In the Garden:
New England
November, 2001
Regional Report

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Just when you thought it was safe to go back in the garden...

Slug Fest

The only good thing I can think of regarding slugs is the clever trade names they inspire when it comes to control products -- for example, "Sluggo" and "Escar-Go!". (More about these later.) Other than that, I sympathize with Calvin, of the now defunct Calvin and Hobbes syndicated cartoon, who said something to the effect of, "Girls are like slugs. They must be good for something, but I sure can't figure out what it is!" (I can say that, because I'm a girl!)

Slug Patrol

Slugs are the only major pest in my garden. Although the garden is in full sun, the soil remains remarkably moist even during the driest summers. I've tried trapping the critters, but found that I had to empty the traps daily -- and, honestly, that's not a chore I'm prepared to do every morning after breakfast.

I use lots of organic mulch in my garden, partly for weed control and partly to help lighten the heavy clay soil. This spring, when slugs were devouring my prized Brussels sprouts and other cole crops, I raked the mulch away from the base of the plants and removed the lower leaves so that none were touching the soil. Desperate to get the upper hand, I even spread a little gravel from my driveway to make the going rougher for these slimy pests. The next morning, the plants were still besieged (and within a week weeds had taken over).

I don't have the stomach for "hand-picking" slugs, a method I recommend to others. I just can't do it. I know these are one of nature's creations, and they won't hurt me -- the things I tell people when I'm offering advice. But, secretly, they give me the willies and that's that.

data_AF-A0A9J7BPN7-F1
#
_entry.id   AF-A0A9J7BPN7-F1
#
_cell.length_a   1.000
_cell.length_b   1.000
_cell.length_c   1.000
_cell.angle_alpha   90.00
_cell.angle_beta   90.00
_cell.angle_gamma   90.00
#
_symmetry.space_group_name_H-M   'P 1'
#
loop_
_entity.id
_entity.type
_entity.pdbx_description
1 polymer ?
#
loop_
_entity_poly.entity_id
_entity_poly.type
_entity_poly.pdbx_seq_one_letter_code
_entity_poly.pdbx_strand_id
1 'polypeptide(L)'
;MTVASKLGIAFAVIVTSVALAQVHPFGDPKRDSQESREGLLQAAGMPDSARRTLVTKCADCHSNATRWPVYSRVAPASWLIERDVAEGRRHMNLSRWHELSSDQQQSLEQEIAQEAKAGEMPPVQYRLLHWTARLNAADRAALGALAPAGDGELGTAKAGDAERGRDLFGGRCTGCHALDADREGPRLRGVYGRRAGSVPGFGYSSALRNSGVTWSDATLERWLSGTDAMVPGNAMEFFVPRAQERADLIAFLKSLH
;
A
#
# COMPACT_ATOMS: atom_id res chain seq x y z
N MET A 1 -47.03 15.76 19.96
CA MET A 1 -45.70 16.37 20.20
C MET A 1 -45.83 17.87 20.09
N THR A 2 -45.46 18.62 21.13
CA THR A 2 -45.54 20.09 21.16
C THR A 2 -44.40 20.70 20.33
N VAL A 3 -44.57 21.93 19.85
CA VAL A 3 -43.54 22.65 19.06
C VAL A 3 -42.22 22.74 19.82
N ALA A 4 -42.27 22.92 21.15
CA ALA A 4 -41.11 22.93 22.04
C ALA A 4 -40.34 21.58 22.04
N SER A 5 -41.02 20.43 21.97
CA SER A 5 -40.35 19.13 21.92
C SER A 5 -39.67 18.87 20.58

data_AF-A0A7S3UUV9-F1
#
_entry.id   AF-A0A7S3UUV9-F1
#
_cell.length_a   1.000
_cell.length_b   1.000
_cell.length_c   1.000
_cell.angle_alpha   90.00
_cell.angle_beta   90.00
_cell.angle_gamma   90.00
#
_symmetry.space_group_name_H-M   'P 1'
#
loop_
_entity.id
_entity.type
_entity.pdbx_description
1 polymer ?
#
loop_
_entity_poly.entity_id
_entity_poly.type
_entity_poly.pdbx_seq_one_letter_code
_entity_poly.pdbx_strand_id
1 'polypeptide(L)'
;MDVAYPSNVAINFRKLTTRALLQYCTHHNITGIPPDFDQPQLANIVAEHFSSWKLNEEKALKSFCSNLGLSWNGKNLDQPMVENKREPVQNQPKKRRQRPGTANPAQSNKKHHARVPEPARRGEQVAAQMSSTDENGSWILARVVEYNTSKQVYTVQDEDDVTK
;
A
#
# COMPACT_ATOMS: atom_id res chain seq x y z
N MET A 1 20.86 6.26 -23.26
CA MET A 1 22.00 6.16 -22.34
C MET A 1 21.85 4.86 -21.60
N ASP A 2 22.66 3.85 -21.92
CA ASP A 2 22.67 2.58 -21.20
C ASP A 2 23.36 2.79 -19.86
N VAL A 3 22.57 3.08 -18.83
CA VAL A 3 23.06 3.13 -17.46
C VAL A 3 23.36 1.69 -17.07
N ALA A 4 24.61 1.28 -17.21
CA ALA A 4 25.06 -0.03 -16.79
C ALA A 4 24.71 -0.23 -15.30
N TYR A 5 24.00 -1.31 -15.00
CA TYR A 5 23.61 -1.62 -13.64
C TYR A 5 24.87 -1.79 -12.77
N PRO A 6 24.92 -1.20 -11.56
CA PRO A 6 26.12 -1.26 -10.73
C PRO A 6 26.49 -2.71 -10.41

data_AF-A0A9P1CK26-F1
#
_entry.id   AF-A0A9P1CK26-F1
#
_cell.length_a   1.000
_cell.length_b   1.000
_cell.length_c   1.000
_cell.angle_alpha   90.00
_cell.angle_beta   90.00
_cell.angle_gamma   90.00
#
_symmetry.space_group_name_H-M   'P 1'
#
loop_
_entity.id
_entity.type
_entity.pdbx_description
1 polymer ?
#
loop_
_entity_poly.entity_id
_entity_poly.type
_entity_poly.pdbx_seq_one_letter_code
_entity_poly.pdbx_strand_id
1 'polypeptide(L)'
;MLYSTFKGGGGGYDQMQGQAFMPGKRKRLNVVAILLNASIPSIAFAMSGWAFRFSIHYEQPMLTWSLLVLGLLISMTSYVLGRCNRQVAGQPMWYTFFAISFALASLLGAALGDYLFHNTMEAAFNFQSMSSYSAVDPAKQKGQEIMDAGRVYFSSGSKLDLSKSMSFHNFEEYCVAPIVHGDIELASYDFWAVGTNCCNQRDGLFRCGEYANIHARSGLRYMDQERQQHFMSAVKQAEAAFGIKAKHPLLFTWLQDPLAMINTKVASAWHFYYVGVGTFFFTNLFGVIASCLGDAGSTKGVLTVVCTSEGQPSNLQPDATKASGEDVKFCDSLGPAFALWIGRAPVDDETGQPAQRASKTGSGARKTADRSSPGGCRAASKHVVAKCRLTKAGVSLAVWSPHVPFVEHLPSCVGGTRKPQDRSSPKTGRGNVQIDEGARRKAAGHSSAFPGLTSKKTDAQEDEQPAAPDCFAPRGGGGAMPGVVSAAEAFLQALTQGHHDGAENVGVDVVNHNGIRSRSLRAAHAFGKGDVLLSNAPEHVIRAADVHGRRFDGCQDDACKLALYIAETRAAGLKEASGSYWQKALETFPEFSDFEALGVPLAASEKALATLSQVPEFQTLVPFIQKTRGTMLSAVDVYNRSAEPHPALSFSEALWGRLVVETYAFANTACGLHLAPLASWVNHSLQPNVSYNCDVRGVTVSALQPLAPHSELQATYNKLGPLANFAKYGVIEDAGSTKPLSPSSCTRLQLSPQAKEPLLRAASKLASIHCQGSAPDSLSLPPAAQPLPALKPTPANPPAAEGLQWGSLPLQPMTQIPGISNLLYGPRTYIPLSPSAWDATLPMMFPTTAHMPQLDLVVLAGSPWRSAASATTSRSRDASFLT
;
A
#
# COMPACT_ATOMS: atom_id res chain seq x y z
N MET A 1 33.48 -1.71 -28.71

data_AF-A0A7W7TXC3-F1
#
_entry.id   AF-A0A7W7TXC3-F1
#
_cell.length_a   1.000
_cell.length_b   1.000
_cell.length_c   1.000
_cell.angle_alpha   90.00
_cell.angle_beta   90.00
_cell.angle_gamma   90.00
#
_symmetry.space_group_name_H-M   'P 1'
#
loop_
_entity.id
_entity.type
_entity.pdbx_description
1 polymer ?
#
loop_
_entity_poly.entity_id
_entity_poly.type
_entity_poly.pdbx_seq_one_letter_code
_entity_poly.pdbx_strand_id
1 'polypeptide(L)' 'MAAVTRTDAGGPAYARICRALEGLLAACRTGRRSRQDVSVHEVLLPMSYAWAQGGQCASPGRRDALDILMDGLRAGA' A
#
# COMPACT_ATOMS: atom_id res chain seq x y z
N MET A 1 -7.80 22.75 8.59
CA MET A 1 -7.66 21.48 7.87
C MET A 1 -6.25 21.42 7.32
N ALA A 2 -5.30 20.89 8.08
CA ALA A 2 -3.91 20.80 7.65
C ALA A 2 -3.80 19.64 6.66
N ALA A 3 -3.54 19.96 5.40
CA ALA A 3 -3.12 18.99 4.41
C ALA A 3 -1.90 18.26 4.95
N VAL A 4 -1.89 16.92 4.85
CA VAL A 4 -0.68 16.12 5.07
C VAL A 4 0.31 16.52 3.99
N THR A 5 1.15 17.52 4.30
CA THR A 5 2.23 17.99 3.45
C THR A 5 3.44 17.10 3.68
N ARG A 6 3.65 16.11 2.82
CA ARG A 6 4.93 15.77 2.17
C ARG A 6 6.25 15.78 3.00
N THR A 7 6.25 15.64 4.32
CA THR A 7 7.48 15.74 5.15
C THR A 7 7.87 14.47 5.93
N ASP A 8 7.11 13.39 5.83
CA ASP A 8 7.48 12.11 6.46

The Last Straw

Normally, I try to outwit pests without purchasing special products, partly as a challenge and partly because I am, well, cheap. But when the slugs attacked my basil seedlings, threatening my annual supply of pesto, I had to get serious. I went for the Sluggo.

The active ingredient in both Sluggo and Escar-Go! is iron phosphate; this is mixed with a bait that the little fellas find irresistable. Application is easy: you simply sprinkle the pellets around the base of plants. The literature states that slugs eat the bait, immediately stop feeding, and die after a few days. I didn't wait around to watch whether this was the sequence of events -- all I know is that it really worked! Though the product is relatively expensive, I found that a little went a long way, and I have plenty left over for next year.

The best thing about iron-phosphate-based baits is their relative nontoxicity. The material is described as safe to use around animals and humans, unlike slug baits containing metaldehyde.

They're Not All Bad

Of course, nothing in life is black and white. Although, like Calvin, I have a hard time thinking anything good about slugs, the creatures do play an important role in the environment. During my research on slug control, I came across some interesting information about their biology and role in the ecosystem.

Slugs are important players in the recycling of nutrients. They help break down organic matter, in the process transforming organically bound nutrients into a form that is available to plants. They also provide food for toads, snakes, and other animals.

While I'm not quite ready to "live and let live" within the confines of my garden, I am willing to give slugs their due respect as members of the wider ecosystem. I don't want to eradicate them; I just want to keep them away from my prized plants.


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